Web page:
@Emma: It was a delightful Tweet; perfect, in being much too short.Your Tweets should be precise, witty and pithy. Try not to use all 140 characters. Leave room for your followers to RT and add comments. A Twitter feed is a public “micro-blog,” not a private text machine. Using #toomanymakebelievehashtags and text abbreviations make your Tweets about as entertaining as Mary Bennet’s singing at the piano. Unless you’re Mrs. Elton, your Tweets (as an author) should be free of strong opinions, controversial topics, and politics. And remember the golden rule of social media: There will always be haters. You can choose to engage with them. Or not.
You take delight in vexing me,@LizzysDad. You have no compassion on my poor nerves. You mistake me, @MrsBennet. I have a high respect for your nerves. They are my old friends.Mr. and Mrs. Bennet know to seek out accomplices on social media. Note that they don’t start Tweet shout-outs to each other with their Twitter handles. Their Tweets will be seen by all their followers and not just each other. @Kristan_Higgins and @JillShalvis do this with panache. Use HootSuite or TweetDeck to schedule your Tweets. You can send the same Tweet up to three times a day and not worry about becoming as repetitive as Miss Bates. Be aware of current events. Un-schedule Tweets that contain calls to buy your book or sign up for your newsletter when a tragedy or disaster strikes. There are no tricks to gaining new followers. Engagement is key. If you schedule tweets, you still need to make time to be on Twitter live and in person; Follow, Reply and RT the posts of your author-friends. Engage your followers. Ask questions about their favorite books, movies and televisions shows and Reply. Check out @EntangledPub for a great examples of how it’s done. Sarah Vance-Tompkins (@SarahVTompkins) is a social media consultant for small businesses. She earned an MFA in Film Production from the University of Southern California and worked in feature film development. Prior to her attempts at writing fiction, she has been paid to write everything from obituaries to the directions for use on bottles of personal lubricant. She is a member of the Los Angeles Romance Authors and CRW-Online. She welcomes your questions and comments.Sarahevance@gmail.com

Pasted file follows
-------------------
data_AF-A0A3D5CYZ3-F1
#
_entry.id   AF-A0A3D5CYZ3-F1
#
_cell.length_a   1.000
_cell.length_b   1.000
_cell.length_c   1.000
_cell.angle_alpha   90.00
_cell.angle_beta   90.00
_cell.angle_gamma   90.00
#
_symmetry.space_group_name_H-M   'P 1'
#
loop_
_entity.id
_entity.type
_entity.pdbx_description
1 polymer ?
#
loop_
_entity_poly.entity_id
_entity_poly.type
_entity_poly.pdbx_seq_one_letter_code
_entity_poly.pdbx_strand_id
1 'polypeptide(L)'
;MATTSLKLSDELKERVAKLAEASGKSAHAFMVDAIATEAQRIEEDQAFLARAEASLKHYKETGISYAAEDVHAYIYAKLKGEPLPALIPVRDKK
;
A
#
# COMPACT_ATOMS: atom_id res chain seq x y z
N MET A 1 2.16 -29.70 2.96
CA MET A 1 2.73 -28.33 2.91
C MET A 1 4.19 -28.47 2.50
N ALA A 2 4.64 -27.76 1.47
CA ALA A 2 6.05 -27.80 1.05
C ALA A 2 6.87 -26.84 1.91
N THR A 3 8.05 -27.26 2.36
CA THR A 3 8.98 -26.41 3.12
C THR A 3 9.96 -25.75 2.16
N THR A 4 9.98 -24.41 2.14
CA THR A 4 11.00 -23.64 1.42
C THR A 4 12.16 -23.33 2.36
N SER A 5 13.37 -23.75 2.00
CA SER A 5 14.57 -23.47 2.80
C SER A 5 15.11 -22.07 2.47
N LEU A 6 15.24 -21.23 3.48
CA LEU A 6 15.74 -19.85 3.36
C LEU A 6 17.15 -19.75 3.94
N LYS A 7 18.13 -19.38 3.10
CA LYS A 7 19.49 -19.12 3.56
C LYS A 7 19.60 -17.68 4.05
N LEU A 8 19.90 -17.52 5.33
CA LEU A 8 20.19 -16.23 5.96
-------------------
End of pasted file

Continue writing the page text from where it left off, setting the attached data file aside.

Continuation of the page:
- Share news on all social media outlets. By SHARE, I mean, click that button. It’s very easy to do.
- Like each other’s posts- sometimes it’s the little things
- Read each other’s books-sometimes it’s the big things. I get a thrill out of just knowing someone is reading my book. Like the content or not, at least they put forth the effort.
- Post reviews- this should actually be Number #1
- Include excerpts by other authors at the back of your books- I recently did this with an author friend, since we both write romantic suspense.
- Attend local author events even if you’re not signing. For example, book signings, writer conferences, and library events- BE PRESENT!
- Beta read
- At book signing’s, with each book purchase, give the buyer additional swag from your author friends
- Combine advertising dollars, nationally and/or locally for traditional advertising, like Romantic Times or a local publication.
- For more expensive swag items split the cost with various authors, like mugs or cloth bags
- Host authors on your blog
- Host brainstorming sessions
- Volunteer within your RWA chapter
- Like author pages on Amazon, Facebook, Goodreads, etc….
- Write novellas together and/or package books together
- Visit and comment on blog posts
- Share your experiences when you try something new, like a Bookbub ad or a new blogger
- Develop and submit RWA Conference workshops together
- Post photos from author events – show readers your camaraderie
- Video blogging